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August 2015, #4: More So-Called “Investigations”

1. Welcome to the latest edition of the Summary of Mishaps, hot off the press and guaranteed to make you wonder, "What the heck were they thinking?" until (two seconds later) you realize they weren't.


A. In this week’s “Thanks for Nothing” department, we have a report about a mysterious something that happened to a civilian aircraft mechanic in a lunch room. Apparently, he fell and injured multiple body parts, producing “nonspecified injuries and disorders.”

     Determined to withhold actual information, the report said, “injury type, if any, was undetermined during mishap investigation.” “Initial medical treatment: Unknown,” the report added.


B. And then there was the WG-10 machinist who was working with a lathe. At one point he had to clean out debris. I’ve never used a metal lathe, so I’ll assume that shard removal is ops normal. What with this worker being relatively senior, I’d assume that he knew what he was doing. But here’s part of the report, and you can judge for yourself: he “put his finger in the slot he was milling out to remove the chips from the slot to observe the slot as the end mill was turning and his finger touched the end mill and pulled his fingernail off.”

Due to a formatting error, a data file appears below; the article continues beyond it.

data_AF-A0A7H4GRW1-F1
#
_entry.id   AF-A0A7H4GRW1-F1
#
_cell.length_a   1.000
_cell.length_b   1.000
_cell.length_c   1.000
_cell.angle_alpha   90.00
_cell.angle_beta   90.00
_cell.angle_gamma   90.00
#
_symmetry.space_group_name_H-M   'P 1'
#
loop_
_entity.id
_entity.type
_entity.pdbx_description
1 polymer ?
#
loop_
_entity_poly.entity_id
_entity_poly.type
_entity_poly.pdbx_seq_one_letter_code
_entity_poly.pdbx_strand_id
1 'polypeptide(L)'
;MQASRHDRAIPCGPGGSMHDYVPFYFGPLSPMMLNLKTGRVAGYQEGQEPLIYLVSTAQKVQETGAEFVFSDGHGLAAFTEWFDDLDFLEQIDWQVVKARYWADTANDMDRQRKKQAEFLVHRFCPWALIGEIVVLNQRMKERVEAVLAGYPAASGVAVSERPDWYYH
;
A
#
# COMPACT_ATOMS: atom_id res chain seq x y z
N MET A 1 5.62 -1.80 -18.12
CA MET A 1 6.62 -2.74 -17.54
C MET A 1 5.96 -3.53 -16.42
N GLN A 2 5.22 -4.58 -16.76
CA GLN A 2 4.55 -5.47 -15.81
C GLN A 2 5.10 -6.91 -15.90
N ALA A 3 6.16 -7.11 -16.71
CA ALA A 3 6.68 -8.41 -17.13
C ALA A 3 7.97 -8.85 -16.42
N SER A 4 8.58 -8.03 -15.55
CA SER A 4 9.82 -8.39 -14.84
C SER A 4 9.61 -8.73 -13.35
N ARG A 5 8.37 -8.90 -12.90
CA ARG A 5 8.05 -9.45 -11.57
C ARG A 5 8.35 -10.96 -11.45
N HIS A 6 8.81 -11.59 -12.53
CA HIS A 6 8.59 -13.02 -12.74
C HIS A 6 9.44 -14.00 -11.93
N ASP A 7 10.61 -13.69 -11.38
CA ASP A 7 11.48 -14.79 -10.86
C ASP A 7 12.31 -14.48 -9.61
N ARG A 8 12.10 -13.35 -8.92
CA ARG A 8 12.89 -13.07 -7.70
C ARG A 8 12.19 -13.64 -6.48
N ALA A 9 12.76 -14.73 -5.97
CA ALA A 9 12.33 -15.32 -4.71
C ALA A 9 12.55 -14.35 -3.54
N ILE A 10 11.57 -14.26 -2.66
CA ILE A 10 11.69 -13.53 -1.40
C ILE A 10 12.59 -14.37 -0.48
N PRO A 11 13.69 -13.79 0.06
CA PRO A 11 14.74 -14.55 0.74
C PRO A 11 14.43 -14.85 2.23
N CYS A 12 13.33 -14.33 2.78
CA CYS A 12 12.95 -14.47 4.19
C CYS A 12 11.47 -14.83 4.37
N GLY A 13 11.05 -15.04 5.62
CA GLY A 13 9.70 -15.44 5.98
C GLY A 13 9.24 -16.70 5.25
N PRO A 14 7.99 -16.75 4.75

The report continued, “due to employee being at the hospital so long and arriving back late and him being in pain and upset this may or may not be accurate at this time.” At least this reporter was honest.


C. A PFC packaging specialist was assembling a wooden container in a warehouse. He shot himself in the thumb with his nail gun. He “stated his thumb was too close during the event,” the report said.

     I think so, too, but thanks for pointing it out. Someone somewhere might have been wondering.


D. And speaking of a profound grasp of the obvious, check out this next one. In a storeroom on an aircraft carrier, a seaman had to change some light bulbs. The problem was that with the lights turned off, it was too dark to see which bulbs were burned out. He decided to leave the lights on. He started to change a bulb. The other bulbs suddenly got brighter. Just as suddenly (perhaps even more so), he felt a jolt of electricity in his hands and across his chest. The shock left his arms “numb and tingly,” the report said. “It is believed the Sailor was touching an energized source,” the report continued.

     I think so, too.

2. That’s all for this week, comrades. See you next week, same time, same station. We promise to find some source material that isn’t so opaque or elementary.

Last week's issue: "Just When You Thought You Could Trust a TM"
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